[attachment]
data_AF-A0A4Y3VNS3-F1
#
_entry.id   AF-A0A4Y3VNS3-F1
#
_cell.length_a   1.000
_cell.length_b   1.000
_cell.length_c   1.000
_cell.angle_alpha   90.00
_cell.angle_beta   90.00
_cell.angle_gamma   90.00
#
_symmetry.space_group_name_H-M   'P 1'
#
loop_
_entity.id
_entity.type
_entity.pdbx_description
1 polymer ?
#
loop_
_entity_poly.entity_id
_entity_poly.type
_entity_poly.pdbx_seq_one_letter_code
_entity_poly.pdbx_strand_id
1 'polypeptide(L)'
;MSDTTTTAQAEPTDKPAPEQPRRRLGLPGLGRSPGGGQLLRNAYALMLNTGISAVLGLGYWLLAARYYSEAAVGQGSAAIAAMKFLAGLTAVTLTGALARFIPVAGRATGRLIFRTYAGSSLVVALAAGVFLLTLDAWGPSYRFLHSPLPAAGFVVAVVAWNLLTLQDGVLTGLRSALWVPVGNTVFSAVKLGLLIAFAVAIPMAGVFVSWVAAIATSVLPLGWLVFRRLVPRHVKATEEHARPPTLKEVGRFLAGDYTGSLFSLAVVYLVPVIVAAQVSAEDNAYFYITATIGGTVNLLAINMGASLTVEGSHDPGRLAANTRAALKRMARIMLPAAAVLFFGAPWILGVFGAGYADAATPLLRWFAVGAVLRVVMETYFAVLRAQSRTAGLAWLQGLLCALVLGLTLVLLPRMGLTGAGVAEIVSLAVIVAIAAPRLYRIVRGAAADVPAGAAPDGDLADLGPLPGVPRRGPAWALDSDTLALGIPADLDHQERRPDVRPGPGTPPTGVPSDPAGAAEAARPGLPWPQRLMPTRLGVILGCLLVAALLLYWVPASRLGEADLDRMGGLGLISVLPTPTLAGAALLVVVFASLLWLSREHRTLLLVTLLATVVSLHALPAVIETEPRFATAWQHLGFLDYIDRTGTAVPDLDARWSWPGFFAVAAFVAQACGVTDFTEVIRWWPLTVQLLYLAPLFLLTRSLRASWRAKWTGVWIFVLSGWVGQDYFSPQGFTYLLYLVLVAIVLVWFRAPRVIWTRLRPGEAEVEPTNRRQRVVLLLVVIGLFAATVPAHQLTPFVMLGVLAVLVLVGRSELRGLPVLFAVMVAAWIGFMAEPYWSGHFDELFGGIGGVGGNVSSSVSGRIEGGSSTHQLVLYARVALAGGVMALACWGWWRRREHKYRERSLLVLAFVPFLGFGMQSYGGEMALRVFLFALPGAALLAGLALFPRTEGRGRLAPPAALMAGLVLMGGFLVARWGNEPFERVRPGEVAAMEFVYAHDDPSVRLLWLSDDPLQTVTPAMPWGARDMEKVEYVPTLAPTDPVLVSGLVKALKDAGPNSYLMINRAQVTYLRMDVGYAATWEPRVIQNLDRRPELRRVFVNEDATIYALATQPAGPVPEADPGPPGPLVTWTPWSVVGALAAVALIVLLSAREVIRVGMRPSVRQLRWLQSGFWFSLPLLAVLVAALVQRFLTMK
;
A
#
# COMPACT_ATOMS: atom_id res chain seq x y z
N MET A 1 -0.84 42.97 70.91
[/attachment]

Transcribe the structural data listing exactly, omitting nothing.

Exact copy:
data_AF-A0A4Y3VNS3-F1
#
_entry.id   AF-A0A4Y3VNS3-F1
#
_cell.length_a   1.000
_cell.length_b   1.000
_cell.length_c   1.000
_cell.angle_alpha   90.00
_cell.angle_beta   90.00
_cell.angle_gamma   90.00
#
_symmetry.space_group_name_H-M   'P 1'
#
loop_
_entity.id
_entity.type
_entity.pdbx_description
1 polymer ?
#
loop_
_entity_poly.entity_id
_entity_poly.type
_entity_poly.pdbx_seq_one_letter_code
_entity_poly.pdbx_strand_id
1 'polypeptide(L)'
;MSDTTTTAQAEPTDKPAPEQPRRRLGLPGLGRSPGGGQLLRNAYALMLNTGISAVLGLGYWLLAARYYSEAAVGQGSAAIAAMKFLAGLTAVTLTGALARFIPVAGRATGRLIFRTYAGSSLVVALAAGVFLLTLDAWGPSYRFLHSPLPAAGFVVAVVAWNLLTLQDGVLTGLRSALWVPVGNTVFSAVKLGLLIAFAVAIPMAGVFVSWVAAIATSVLPLGWLVFRRLVPRHVKATEEHARPPTLKEVGRFLAGDYTGSLFSLAVVYLVPVIVAAQVSAEDNAYFYITATIGGTVNLLAINMGASLTVEGSHDPGRLAANTRAALKRMARIMLPAAAVLFFGAPWILGVFGAGYADAATPLLRWFAVGAVLRVVMETYFAVLRAQSRTAGLAWLQGLLCALVLGLTLVLLPRMGLTGAGVAEIVSLAVIVAIAAPRLYRIVRGAAADVPAGAAPDGDLADLGPLPGVPRRGPAWALDSDTLALGIPADLDHQERRPDVRPGPGTPPTGVPSDPAGAAEAARPGLPWPQRLMPTRLGVILGCLLVAALLLYWVPASRLGEADLDRMGGLGLISVLPTPTLAGAALLVVVFASLLWLSREHRTLLLVTLLATVVSLHALPAVIETEPRFATAWQHLGFLDYIDRTGTAVPDLDARWSWPGFFAVAAFVAQACGVTDFTEVIRWWPLTVQLLYLAPLFLLTRSLRASWRAKWTGVWIFVLSGWVGQDYFSPQGFTYLLYLVLVAIVLVWFRAPRVIWTRLRPGEAEVEPTNRRQRVVLLLVVIGLFAATVPAHQLTPFVMLGVLAVLVLVGRSELRGLPVLFAVMVAAWIGFMAEPYWSGHFDELFGGIGGVGGNVSSSVSGRIEGGSSTHQLVLYARVALAGGVMALACWGWWRRREHKYRERSLLVLAFVPFLGFGMQSYGGEMALRVFLFALPGAALLAGLALFPRTEGRGRLAPPAALMAGLVLMGGFLVARWGNEPFERVRPGEVAAMEFVYAHDDPSVRLLWLSDDPLQTVTPAMPWGARDMEKVEYVPTLAPTDPVLVSGLVKALKDAGPNSYLMINRAQVTYLRMDVGYAATWEPRVIQNLDRRPELRRVFVNEDATIYALATQPAGPVPEADPGPPGPLVTWTPWSVVGALAAVALIVLLSAREVIRVGMRPSVRQLRWLQSGFWFSLPLLAVLVAALVQRFLTMK
;
A
#
# COMPACT_ATOMS: atom_id res chain seq x y z
N MET A 1 -0.84 42.97 70.91